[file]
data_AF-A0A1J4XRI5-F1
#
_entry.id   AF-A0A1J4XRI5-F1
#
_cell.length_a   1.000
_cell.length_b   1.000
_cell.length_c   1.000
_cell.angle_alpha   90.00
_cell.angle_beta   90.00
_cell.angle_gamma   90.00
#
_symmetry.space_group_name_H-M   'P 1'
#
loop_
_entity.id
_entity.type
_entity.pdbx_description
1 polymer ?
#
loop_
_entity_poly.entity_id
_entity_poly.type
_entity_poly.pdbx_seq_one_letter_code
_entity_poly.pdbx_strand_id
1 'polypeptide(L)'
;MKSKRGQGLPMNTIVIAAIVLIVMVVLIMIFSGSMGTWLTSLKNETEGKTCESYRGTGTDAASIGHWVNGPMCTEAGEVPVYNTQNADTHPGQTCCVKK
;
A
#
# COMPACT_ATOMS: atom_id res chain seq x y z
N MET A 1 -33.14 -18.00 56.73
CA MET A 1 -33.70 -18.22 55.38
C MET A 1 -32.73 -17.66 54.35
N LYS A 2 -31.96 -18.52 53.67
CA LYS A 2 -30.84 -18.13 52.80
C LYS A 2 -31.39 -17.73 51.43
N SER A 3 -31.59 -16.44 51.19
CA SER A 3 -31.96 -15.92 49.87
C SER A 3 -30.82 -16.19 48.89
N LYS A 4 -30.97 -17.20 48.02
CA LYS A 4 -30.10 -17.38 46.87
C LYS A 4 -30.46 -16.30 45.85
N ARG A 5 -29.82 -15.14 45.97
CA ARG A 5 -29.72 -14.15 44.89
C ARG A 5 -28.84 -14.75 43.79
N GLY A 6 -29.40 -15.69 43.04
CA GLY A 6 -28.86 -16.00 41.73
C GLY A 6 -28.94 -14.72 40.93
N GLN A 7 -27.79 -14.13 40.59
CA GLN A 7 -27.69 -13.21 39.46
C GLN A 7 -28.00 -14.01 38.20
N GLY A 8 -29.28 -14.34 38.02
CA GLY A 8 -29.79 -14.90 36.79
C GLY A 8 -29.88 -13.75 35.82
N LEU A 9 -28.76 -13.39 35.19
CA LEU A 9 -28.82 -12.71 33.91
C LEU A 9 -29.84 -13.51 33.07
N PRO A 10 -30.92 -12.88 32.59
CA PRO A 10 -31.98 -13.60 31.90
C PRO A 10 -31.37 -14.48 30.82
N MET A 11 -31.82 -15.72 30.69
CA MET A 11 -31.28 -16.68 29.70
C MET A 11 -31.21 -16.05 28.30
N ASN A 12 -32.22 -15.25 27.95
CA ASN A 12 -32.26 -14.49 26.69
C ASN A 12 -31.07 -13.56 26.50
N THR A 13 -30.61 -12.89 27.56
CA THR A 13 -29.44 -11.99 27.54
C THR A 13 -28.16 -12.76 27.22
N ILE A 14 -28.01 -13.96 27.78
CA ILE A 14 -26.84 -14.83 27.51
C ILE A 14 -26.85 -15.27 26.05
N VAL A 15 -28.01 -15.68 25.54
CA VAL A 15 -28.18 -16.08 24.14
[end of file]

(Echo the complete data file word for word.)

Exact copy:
data_AF-A0A1J4XRI5-F1
#
_entry.id   AF-A0A1J4XRI5-F1
#
_cell.length_a   1.000
_cell.length_b   1.000
_cell.length_c   1.000
_cell.angle_alpha   90.00
_cell.angle_beta   90.00
_cell.angle_gamma   90.00
#
_symmetry.space_group_name_H-M   'P 1'
#
loop_
_entity.id
_entity.type
_entity.pdbx_description
1 polymer ?
#
loop_
_entity_poly.entity_id
_entity_poly.type
_entity_poly.pdbx_seq_one_letter_code
_entity_poly.pdbx_strand_id
1 'polypeptide(L)'
;MKSKRGQGLPMNTIVIAAIVLIVMVVLIMIFSGSMGTWLTSLKNETEGKTCESYRGTGTDAASIGHWVNGPMCTEAGEVPVYNTQNADTHPGQTCCVKK
;
A
#
# COMPACT_ATOMS: atom_id res chain seq x y z
N MET A 1 -33.14 -18.00 56.73
CA MET A 1 -33.70 -18.22 55.38
C MET A 1 -32.73 -17.66 54.35
N LYS A 2 -31.96 -18.52 53.67
CA LYS A 2 -30.84 -18.13 52.80
C LYS A 2 -31.39 -17.73 51.43
N SER A 3 -31.59 -16.44 51.19
CA SER A 3 -31.96 -15.92 49.87
C SER A 3 -30.82 -16.19 48.89
N LYS A 4 -30.97 -17.20 48.02
CA LYS A 4 -30.10 -17.38 46.87
C LYS A 4 -30.46 -16.30 45.85
N ARG A 5 -29.82 -15.14 45.97
CA ARG A 5 -29.72 -14.15 44.89
C ARG A 5 -28.84 -14.75 43.79
N GLY A 6 -29.40 -15.69 43.04
CA GLY A 6 -28.86 -16.00 41.73
C GLY A 6 -28.94 -14.72 40.93
N GLN A 7 -27.79 -14.13 40.59
CA GLN A 7 -27.69 -13.21 39.46
C GLN A 7 -28.00 -14.01 38.20
N GLY A 8 -29.28 -14.34 38.02
CA GLY A 8 -29.79 -14.90 36.79
C GLY A 8 -29.88 -13.75 35.82
N LEU A 9 -28.76 -13.39 35.19
CA LEU A 9 -28.82 -12.71 33.91
C LEU A 9 -29.84 -13.51 33.07
N PRO A 10 -30.92 -12.88 32.59
CA PRO A 10 -31.98 -13.60 31.90
C PRO A 10 -31.37 -14.48 30.82
N MET A 11 -31.82 -15.72 30.69
CA MET A 11 -31.28 -16.68 29.70
C MET A 11 -31.21 -16.05 28.30
N ASN A 12 -32.22 -15.25 27.95
CA ASN A 12 -32.26 -14.49 26.69
C ASN A 12 -31.07 -13.56 26.50
N THR A 13 -30.61 -12.89 27.56
CA THR A 13 -29.44 -11.99 27.54
C THR A 13 -28.16 -12.76 27.22
N ILE A 14 -28.01 -13.96 27.78
CA ILE A 14 -26.84 -14.83 27.51
C ILE A 14 -26.85 -15.27 26.05
N VAL A 15 -28.01 -15.68 25.54
CA VAL A 15 -28.18 -16.08 24.14